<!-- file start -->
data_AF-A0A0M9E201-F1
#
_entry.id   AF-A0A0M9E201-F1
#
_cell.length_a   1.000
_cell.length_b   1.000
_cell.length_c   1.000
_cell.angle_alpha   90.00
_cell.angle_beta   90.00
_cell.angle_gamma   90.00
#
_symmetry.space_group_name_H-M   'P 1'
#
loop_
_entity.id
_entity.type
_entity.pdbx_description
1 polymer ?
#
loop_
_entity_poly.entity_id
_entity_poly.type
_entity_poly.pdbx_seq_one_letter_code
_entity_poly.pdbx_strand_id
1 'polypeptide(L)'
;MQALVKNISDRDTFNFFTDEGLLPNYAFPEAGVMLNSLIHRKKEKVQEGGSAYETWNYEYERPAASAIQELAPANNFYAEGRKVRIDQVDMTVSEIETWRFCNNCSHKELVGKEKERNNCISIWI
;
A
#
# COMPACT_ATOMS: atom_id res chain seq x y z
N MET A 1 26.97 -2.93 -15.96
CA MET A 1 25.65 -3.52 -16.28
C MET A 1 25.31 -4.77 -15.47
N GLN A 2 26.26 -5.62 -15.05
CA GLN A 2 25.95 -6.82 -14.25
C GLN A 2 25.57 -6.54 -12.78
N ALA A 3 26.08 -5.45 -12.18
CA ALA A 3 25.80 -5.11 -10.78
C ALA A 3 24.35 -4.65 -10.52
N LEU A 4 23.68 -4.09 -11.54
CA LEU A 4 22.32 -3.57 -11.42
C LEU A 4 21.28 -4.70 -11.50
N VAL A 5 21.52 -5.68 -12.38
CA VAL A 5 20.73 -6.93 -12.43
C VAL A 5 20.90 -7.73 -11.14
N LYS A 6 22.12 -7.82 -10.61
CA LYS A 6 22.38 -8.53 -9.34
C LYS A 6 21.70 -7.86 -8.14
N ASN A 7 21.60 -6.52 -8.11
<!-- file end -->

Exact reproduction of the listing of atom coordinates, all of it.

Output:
data_AF-A0A0M9E201-F1
#
_entry.id   AF-A0A0M9E201-F1
#
_cell.length_a   1.000
_cell.length_b   1.000
_cell.length_c   1.000
_cell.angle_alpha   90.00
_cell.angle_beta   90.00
_cell.angle_gamma   90.00
#
_symmetry.space_group_name_H-M   'P 1'
#
loop_
_entity.id
_entity.type
_entity.pdbx_description
1 polymer ?
#
loop_
_entity_poly.entity_id
_entity_poly.type
_entity_poly.pdbx_seq_one_letter_code
_entity_poly.pdbx_strand_id
1 'polypeptide(L)'
;MQALVKNISDRDTFNFFTDEGLLPNYAFPEAGVMLNSLIHRKKEKVQEGGSAYETWNYEYERPAASAIQELAPANNFYAEGRKVRIDQVDMTVSEIETWRFCNNCSHKELVGKEKERNNCISIWI
;
A
#
# COMPACT_ATOMS: atom_id res chain seq x y z
N MET A 1 26.97 -2.93 -15.96
CA MET A 1 25.65 -3.52 -16.28
C MET A 1 25.31 -4.77 -15.47
N GLN A 2 26.26 -5.62 -15.05
CA GLN A 2 25.95 -6.82 -14.25
C GLN A 2 25.57 -6.54 -12.78
N ALA A 3 26.08 -5.45 -12.18
CA ALA A 3 25.80 -5.11 -10.78
C ALA A 3 24.35 -4.65 -10.52
N LEU A 4 23.68 -4.09 -11.54
CA LEU A 4 22.32 -3.57 -11.42
C LEU A 4 21.28 -4.70 -11.50
N VAL A 5 21.52 -5.68 -12.38
CA VAL A 5 20.73 -6.93 -12.43
C VAL A 5 20.90 -7.73 -11.14
N LYS A 6 22.12 -7.82 -10.61
CA LYS A 6 22.38 -8.53 -9.34
C LYS A 6 21.70 -7.86 -8.14
N ASN A 7 21.60 -6.52 -8.11